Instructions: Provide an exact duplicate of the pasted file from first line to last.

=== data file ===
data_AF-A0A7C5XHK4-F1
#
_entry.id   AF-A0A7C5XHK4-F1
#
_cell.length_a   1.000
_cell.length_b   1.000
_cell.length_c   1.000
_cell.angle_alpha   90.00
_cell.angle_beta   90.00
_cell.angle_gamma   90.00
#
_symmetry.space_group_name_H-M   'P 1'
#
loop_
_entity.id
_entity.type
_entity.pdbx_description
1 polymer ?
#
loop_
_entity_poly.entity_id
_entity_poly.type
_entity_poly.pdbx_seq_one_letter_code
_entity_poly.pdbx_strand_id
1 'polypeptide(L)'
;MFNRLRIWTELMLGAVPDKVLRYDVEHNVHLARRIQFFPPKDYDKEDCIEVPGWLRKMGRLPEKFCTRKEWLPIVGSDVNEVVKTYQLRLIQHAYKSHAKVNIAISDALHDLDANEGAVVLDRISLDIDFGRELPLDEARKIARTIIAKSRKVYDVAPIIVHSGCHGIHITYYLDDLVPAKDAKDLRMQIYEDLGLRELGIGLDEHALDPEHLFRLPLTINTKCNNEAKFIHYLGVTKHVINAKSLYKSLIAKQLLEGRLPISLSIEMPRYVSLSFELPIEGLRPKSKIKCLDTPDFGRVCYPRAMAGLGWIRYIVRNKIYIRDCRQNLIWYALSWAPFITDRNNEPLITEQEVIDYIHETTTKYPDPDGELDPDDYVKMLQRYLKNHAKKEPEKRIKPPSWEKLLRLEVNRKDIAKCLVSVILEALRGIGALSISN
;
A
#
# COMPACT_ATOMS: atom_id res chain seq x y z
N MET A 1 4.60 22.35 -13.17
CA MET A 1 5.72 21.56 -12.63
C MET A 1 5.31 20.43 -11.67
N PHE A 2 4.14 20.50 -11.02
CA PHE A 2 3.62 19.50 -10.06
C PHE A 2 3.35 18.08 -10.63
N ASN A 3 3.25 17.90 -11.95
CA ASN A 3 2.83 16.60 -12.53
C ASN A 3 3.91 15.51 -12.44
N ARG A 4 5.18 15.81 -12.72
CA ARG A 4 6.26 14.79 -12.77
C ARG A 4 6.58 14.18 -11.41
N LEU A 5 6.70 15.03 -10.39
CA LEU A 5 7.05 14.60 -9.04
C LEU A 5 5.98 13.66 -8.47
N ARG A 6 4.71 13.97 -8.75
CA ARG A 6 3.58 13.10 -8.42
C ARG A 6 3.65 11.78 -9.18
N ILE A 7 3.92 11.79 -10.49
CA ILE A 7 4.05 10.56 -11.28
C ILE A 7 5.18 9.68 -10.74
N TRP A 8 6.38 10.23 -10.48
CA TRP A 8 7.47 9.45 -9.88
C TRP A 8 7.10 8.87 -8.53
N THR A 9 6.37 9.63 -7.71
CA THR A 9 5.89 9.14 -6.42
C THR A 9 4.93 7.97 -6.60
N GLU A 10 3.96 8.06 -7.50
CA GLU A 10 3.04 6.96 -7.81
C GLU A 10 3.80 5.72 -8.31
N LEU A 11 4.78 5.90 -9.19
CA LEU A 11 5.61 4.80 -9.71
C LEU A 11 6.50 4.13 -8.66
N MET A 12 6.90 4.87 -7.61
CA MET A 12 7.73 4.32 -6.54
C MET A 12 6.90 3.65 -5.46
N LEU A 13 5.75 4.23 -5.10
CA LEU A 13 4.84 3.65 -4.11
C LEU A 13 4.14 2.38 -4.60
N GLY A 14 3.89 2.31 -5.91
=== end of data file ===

data_AF-A0A7C5XHK4-F1
#
_entry.id   AF-A0A7C5XHK4-F1
#
_cell.length_a   1.000
_cell.length_b   1.000
_cell.length_c   1.000
_cell.angle_alpha   90.00
_cell.angle_beta   90.00
_cell.angle_gamma   90.00
#
_symmetry.space_group_name_H-M   'P 1'
#
loop_
_entity.id
_entity.type
_entity.pdbx_description
1 polymer ?
#
loop_
_entity_poly.entity_id
_entity_poly.type
_entity_poly.pdbx_seq_one_letter_code
_entity_poly.pdbx_strand_id
1 'polypeptide(L)'
;MFNRLRIWTELMLGAVPDKVLRYDVEHNVHLARRIQFFPPKDYDKEDCIEVPGWLRKMGRLPEKFCTRKEWLPIVGSDVNEVVKTYQLRLIQHAYKSHAKVNIAISDALHDLDANEGAVVLDRISLDIDFGRELPLDEARKIARTIIAKSRKVYDVAPIIVHSGCHGIHITYYLDDLVPAKDAKDLRMQIYEDLGLRELGIGLDEHALDPEHLFRLPLTINTKCNNEAKFIHYLGVTKHVINAKSLYKSLIAKQLLEGRLPISLSIEMPRYVSLSFELPIEGLRPKSKIKCLDTPDFGRVCYPRAMAGLGWIRYIVRNKIYIRDCRQNLIWYALSWAPFITDRNNEPLITEQEVIDYIHETTTKYPDPDGELDPDDYVKMLQRYLKNHAKKEPEKRIKPPSWEKLLRLEVNRKDIAKCLVSVILEALRGIGALSISN
;
A
#
# COMPACT_ATOMS: atom_id res chain seq x y z
N MET A 1 4.60 22.35 -13.17
CA MET A 1 5.72 21.56 -12.63
C MET A 1 5.31 20.43 -11.67
N PHE A 2 4.14 20.50 -11.02
CA PHE A 2 3.62 19.50 -10.06
C PHE A 2 3.35 18.08 -10.63
N ASN A 3 3.25 17.90 -11.95
CA ASN A 3 2.83 16.60 -12.53
C ASN A 3 3.91 15.51 -12.44
N ARG A 4 5.18 15.81 -12.72
CA ARG A 4 6.26 14.79 -12.77
C ARG A 4 6.58 14.18 -11.41
N LEU A 5 6.70 15.03 -10.39
CA LEU A 5 7.05 14.60 -9.04
C LEU A 5 5.98 13.66 -8.47
N ARG A 6 4.71 13.97 -8.75
CA ARG A 6 3.58 13.10 -8.42
C ARG A 6 3.65 11.78 -9.18
N ILE A 7 3.92 11.79 -10.49
CA ILE A 7 4.05 10.56 -11.28
C ILE A 7 5.18 9.68 -10.74
N TRP A 8 6.38 10.23 -10.48
CA TRP A 8 7.47 9.45 -9.88
C TRP A 8 7.10 8.87 -8.53
N THR A 9 6.37 9.63 -7.71
CA THR A 9 5.89 9.14 -6.42
C THR A 9 4.93 7.97 -6.60
N GLU A 10 3.96 8.06 -7.50
CA GLU A 10 3.04 6.96 -7.81
C GLU A 10 3.80 5.72 -8.31
N LEU A 11 4.78 5.90 -9.19
CA LEU A 11 5.61 4.80 -9.71
C LEU A 11 6.50 4.13 -8.66
N MET A 12 6.90 4.87 -7.61
CA MET A 12 7.73 4.32 -6.54
C MET A 12 6.90 3.65 -5.46
N LEU A 13 5.75 4.23 -5.10
CA LEU A 13 4.84 3.65 -4.11
C LEU A 13 4.14 2.38 -4.60
N GLY A 14 3.89 2.31 -5.91